GREEN BAY - As the town prepares for a rousing game of "pin the tail on the punt returners," always so much fun, it is important to remember that the real target is bigger, much bigger, than Greg Lewis or J.R. Reed. This fiasco is on Andy Reid and no one else.
Lewis muffed a punt early that led to the Packers' only touchdown, and Reed muffed a punt late that led to the Packers' game-winning field goal, but this 16-13 loss, this abomination, does not belong to them. Lewis and Reed did not lose that game yesterday for the Eagles with their slapstick - the coach and the organization lost it by forcing two novices into this position in the first place.
They tend to be such a cautious, careful franchise - but this whole business was the height of carelessness. Following a training camp whose official movie was "One Crazy Summer," the Eagles have now seen this carelessness cost them a game. They will have to work overtime to keep it from costing them more.
"We'll see - I'll evaluate it," Reid said. It was as far as the coach would go yesterday, speaking briefly amid the ruins. He said he did not consider using Brian Westbrook to return punts yesterday as the chaos swirled all around, and as for the future he said, "We'll see."
But just as Westbrook's famous punt return against the Giants a few years ago ignited a team and saved a season, there are few things in football more disheartening than a dropped punt, few plays that do more to kill a football team.
The Eagles will have to make a change, either to Westbrook (risking overwork) or someone else. There is no choice. It is amazing how Reid got himself into this spot in the first place.
It was so unlike him.
Reid somehow fell in love with the idea of Jeremy Bloom, the skier - the root of all of this business. He had always been all about ball security, about veteran savvy, about just not screwing it up. It is not a coincidence that "no harm" is contained within the name "Reno Mahe."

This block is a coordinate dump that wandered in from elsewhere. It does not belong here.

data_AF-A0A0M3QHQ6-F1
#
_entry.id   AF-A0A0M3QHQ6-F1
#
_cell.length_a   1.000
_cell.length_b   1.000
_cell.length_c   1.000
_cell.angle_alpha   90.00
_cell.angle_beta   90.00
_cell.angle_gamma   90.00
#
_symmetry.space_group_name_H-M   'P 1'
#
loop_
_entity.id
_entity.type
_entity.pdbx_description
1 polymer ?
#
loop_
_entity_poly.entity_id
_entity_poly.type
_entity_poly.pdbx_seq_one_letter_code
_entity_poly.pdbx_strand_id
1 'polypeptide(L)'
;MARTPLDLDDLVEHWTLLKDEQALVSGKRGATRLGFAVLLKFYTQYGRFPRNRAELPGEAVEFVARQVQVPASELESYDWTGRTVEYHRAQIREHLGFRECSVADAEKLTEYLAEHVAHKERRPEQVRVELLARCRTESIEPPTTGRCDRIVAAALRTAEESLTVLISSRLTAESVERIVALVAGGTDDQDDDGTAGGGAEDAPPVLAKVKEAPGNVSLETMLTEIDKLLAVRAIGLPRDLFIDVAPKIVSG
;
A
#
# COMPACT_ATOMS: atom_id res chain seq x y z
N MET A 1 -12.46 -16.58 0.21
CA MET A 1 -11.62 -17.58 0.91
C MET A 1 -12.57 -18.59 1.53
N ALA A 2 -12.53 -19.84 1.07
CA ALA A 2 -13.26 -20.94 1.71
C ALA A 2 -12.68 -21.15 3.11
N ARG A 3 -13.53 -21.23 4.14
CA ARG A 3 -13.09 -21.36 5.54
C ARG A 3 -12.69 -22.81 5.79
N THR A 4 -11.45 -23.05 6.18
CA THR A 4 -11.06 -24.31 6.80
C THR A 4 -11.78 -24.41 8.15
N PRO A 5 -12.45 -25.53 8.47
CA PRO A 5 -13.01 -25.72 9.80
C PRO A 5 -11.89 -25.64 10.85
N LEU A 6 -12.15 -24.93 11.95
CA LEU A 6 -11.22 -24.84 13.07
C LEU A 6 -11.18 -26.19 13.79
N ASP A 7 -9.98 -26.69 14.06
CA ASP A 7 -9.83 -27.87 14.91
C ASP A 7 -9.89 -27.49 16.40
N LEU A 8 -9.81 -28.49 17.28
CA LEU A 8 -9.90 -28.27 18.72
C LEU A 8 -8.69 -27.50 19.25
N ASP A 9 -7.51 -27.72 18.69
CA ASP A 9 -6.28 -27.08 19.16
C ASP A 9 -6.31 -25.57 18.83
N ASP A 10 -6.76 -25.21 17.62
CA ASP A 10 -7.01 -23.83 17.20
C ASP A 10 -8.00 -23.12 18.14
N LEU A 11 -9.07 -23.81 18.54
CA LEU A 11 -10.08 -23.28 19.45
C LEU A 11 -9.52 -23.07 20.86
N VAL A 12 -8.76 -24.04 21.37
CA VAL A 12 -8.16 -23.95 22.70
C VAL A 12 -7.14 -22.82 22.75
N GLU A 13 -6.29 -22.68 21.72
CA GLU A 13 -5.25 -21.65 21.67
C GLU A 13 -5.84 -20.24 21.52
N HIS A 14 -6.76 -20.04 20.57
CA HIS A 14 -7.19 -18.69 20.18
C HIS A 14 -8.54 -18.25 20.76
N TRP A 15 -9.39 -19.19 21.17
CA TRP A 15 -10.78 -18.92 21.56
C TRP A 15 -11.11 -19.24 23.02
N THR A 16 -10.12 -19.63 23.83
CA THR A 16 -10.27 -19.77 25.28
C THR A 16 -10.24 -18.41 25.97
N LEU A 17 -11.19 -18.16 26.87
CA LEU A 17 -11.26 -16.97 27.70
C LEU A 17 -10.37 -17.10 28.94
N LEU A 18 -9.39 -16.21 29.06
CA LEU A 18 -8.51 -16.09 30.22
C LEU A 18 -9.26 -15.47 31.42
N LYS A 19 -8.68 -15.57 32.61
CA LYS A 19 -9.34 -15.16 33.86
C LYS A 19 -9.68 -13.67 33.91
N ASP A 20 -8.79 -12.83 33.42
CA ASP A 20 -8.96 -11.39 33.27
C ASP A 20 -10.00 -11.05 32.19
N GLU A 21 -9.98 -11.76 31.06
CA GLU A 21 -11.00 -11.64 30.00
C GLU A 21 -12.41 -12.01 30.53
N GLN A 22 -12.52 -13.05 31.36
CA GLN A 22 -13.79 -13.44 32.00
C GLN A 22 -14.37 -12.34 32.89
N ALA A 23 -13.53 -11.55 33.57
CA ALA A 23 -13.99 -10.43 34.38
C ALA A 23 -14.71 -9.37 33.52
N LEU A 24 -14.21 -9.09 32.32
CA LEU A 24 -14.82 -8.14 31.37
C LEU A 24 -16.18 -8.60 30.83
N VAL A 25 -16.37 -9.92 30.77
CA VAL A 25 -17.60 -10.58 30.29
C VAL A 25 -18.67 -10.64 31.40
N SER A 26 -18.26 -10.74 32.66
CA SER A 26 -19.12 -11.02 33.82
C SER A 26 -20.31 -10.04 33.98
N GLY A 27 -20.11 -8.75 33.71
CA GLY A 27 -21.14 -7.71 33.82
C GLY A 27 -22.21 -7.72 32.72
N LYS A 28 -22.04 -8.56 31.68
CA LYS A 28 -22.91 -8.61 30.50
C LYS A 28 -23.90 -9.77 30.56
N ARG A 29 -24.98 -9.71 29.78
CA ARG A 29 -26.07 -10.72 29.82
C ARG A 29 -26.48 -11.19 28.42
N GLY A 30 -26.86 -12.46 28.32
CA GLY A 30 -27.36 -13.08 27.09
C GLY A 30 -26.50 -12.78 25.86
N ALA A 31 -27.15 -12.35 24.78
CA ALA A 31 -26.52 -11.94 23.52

But they spent draft capital on this Bloom, and then they worked with him for a year after he got hurt, and then they spent the whole summer watching him catch punts flawlessly but get taken down by the first guy who breathed on him. Despite all of their efforts, they determined it wasn't going to work. And after they cut him and wished him well in his modeling career, they looked around and saw - nothing.
That the Eagles had no backup plan when they cut Bloom was organizational negligence. That they then decided that it would be a swell idea to open the season with Lewis back there (who had never done it), and with Reed back there (who had never done it), it was borderline arrogance. It was as if they were saying that anybody could catch a punt - after years of telling us that Mahe's sure-handedness was such an important quality, that it made up for the fact that he never broke a return.
And now we know that not anybody can catch a punt. Boy, do we know.
When asked if he was apprehensive at the prospects of a virgin punt returner, Reid admitted yesterday, "Yeah." Then he added, "I thought they'd do a good job, though."
But they didn't. They were abominable. We will never again see punt returning this bad in a single game because it is impossible to be worse than Lewis and Reed were yesterday against the Packers. Lewis made a sufficient number of bad decisions that the coach felt forced to give him the hook in the second half and turn the chores over to Reed - who has been cut by four teams in the last year, including the Eagles.
"Neither one of them had [experience], but J.R. probably had more than what Greg had," Reid said, explaining why he made the change in the middle of the game. "I just thought I'd get a better look at him."
He got an eyeful.
But this has become one of the season's themes, this suddenly comfortable embrace of the high wire. You see it in big ways and small. They went with Sav Rocca, the inexperienced punter with all of the potential, over safe incumbent Dirk Johnson. They brought in another inexperienced backup linebacker, Pago Togafau, rather than a just-in-case veteran when they were doing their final roster-making. And they went with Greg Lewis and J.R. Reed to catch punts in the season opener at Green Bay.
And what have they learned? Mostly, that working without a net can be so . . . final. *
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